WASHINGTON – Four Republican members of Congress have introduced legislation to establish a new State Department position that would be tasked with combating communism and authoritarianism.
The proposed “Special Envoy to Combat Global Rise of Authoritarian Socialism and Communism” would be modeled after a similar State Department ambassador-level position that was created in 2004 to fight global antisemitism.
The legislation was led by Republican U.S. Rep. Carlos Gimenez, a former Miami-Dade mayor who was born in Cuba and whose family immigrated to the U.S. in 1960 after the Cuban Revolution.
Gimenez was joined by fellow Florida Republican Reps. Mario Diaz-Balart and Maria Elvira Salazar, both of whom were raised by parents who had fled Cuba. They were joined by Rep. Nicole Malliotakis, the sole Republican representing New York City, whose mother also fled Cuba.
The bill comes after Cuba’s crackdown on protesters in 2021 and after Nicaragua President Daniel Ortega began his fourth consecutive term in office following an election that saw the state arrest opposition leaders and target dissent.
“It is time for the United States to reaffirm its commitment to combating communism and authoritarianism around the world. As the leader of the free world, we must continue to stand up for the universal values of freedom, liberty, democracy and peace,” Gimenez said in a statement to the Miami Herald.
“By retooling our foreign policy, we are sending a strong signal to the world that there is no room for oppressive governments who stifle free expression, who undermine democratic elections and institutions, and who unravel its people’s economic rights,” Gimenez said. “Communism kills. Authoritarianism kills. Freedom and liberty must prevail.”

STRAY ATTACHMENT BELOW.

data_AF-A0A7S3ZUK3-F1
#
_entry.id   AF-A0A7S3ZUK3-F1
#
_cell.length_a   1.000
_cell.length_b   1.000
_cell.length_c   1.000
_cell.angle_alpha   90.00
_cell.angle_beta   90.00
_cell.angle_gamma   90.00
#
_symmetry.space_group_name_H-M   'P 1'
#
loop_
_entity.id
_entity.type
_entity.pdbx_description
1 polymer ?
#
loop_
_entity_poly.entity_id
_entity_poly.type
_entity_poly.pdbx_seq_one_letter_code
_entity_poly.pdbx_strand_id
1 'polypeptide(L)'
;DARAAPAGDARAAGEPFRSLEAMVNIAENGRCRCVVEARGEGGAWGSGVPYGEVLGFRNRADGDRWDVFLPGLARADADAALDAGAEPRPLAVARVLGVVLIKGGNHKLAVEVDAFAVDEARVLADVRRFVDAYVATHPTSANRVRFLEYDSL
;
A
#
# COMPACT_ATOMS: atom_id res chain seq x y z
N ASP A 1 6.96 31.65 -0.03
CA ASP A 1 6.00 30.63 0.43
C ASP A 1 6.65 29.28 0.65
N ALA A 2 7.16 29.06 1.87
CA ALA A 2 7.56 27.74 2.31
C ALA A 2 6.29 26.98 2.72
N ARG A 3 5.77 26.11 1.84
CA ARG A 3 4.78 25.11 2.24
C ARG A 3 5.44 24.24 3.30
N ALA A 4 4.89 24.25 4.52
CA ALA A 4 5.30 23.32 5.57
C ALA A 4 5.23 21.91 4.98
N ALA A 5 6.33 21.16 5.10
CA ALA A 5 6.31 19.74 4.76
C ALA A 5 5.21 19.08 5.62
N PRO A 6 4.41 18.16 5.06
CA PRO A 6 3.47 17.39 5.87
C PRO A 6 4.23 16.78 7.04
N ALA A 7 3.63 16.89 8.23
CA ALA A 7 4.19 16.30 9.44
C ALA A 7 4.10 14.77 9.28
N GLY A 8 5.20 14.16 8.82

Gimenez, Diaz-Balart and Malliotakis were among the 147 Republicans who voted to overturn the 2020 election last year, an action that election experts warn has helped weaken democratic institutions domestically. Earlier this month, Rep. Debbie Wasserman Schultz, a South Florida Democrat, said these lawmakers had an “unremovable stain on their reputations.”
At a Tuesday event at Camp Matecumbe Park in Miami, Gimenez disputed that his votes to block electoral votes from Pennsylvania and Arizona undermined the institution of democracy in the U.S.
“I acted within the scope of the Constitution of the United States, what I felt was my constitutional duty. So that’s part of democracy, too,” Gimenez said. “There’s a role for disagreement and that’s what democracy’s all about, agreeing and disagreeing, and voicing that in a democratic process by duly elected representatives. That’s not what happens around the world.”
He pointed to Ortega’s arrest of opposition leaders in Nicaragua as a contrast to electoral objections in Congress. “He put in jail everybody that was going to oppose him. That’s not democratic,” Gimenez said.
Gimenez’s legislation is similar to a bill sponsored by Rep. Ilhan Omar, a Minnesota Democrat and one of the most left-leaning members of Congress, that would establish a special envoy to monitor and combat international Islamophobia.
Omar’s bill passed the Democratic-controlled House in December along party lines. Omar, one of the first two Muslim women in Congress, introduced the legislation in response to violence against Muslim populations in China, India and other countries.
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